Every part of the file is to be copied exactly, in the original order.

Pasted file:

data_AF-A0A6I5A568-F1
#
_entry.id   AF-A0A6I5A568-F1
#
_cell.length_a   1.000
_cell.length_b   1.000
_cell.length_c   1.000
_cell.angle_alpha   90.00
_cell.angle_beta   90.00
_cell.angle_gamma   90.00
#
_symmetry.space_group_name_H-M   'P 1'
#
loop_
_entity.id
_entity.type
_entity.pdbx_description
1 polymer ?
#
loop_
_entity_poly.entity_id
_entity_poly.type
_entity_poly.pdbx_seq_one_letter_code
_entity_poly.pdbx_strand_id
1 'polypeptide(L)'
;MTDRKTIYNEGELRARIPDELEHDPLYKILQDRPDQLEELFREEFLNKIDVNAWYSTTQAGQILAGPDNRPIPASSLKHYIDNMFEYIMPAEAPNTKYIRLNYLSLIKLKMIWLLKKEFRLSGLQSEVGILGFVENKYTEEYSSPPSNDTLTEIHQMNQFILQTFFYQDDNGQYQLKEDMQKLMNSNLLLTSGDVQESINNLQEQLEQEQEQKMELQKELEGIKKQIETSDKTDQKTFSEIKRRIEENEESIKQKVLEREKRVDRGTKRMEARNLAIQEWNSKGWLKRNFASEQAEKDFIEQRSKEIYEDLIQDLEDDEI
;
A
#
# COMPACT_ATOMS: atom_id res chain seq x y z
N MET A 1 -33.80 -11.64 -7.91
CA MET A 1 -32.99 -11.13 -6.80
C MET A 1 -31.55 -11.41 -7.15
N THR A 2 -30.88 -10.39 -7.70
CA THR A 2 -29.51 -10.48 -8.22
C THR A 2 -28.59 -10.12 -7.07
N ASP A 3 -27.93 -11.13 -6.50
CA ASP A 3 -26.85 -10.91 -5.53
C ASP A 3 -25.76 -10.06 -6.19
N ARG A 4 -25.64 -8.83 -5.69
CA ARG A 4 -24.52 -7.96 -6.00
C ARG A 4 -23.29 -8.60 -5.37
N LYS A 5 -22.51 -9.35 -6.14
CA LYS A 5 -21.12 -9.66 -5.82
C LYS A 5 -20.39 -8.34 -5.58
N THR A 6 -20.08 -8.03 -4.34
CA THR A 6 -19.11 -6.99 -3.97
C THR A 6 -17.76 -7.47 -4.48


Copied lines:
data_AF-A0A6I5A568-F1
#
_entry.id   AF-A0A6I5A568-F1
#
_cell.length_a   1.000
_cell.length_b   1.000
_cell.length_c   1.000
_cell.angle_alpha   90.00
_cell.angle_beta   90.00
_cell.angle_gamma   90.00
#
_symmetry.space_group_name_H-M   'P 1'
#
loop_
_entity.id
_entity.type
_entity.pdbx_description
1 polymer ?
#
loop_
_entity_poly.entity_id
_entity_poly.type
_entity_poly.pdbx_seq_one_letter_code
_entity_poly.pdbx_strand_id
1 'polypeptide(L)'
;MTDRKTIYNEGELRARIPDELEHDPLYKILQDRPDQLEELFREEFLNKIDVNAWYSTTQAGQILAGPDNRPIPASSLKHYIDNMFEYIMPAEAPNTKYIRLNYLSLIKLKMIWLLKKEFRLSGLQSEVGILGFVENKYTEEYSSPPSNDTLTEIHQMNQFILQTFFYQDDNGQYQLKEDMQKLMNSNLLLTSGDVQESINNLQEQLEQEQEQKMELQKELEGIKKQIETSDKTDQKTFSEIKRRIEENEESIKQKVLEREKRVDRGTKRMEARNLAIQEWNSKGWLKRNFASEQAEKDFIEQRSKEIYEDLIQDLEDDEI
;
A
#
# COMPACT_ATOMS: atom_id res chain seq x y z
N MET A 1 -33.80 -11.64 -7.91
CA MET A 1 -32.99 -11.13 -6.80
C MET A 1 -31.55 -11.41 -7.15
N THR A 2 -30.88 -10.39 -7.70
CA THR A 2 -29.51 -10.48 -8.22
C THR A 2 -28.59 -10.12 -7.07
N ASP A 3 -27.93 -11.13 -6.50
CA ASP A 3 -26.85 -10.91 -5.53
C ASP A 3 -25.76 -10.06 -6.19
N ARG A 4 -25.64 -8.83 -5.69
CA ARG A 4 -24.52 -7.96 -6.00
C ARG A 4 -23.29 -8.60 -5.37
N LYS A 5 -22.51 -9.35 -6.14
CA LYS A 5 -21.12 -9.66 -5.82
C LYS A 5 -20.39 -8.34 -5.58
N THR A 6 -20.08 -8.03 -4.34
CA THR A 6 -19.11 -6.99 -3.97
C THR A 6 -17.76 -7.47 -4.48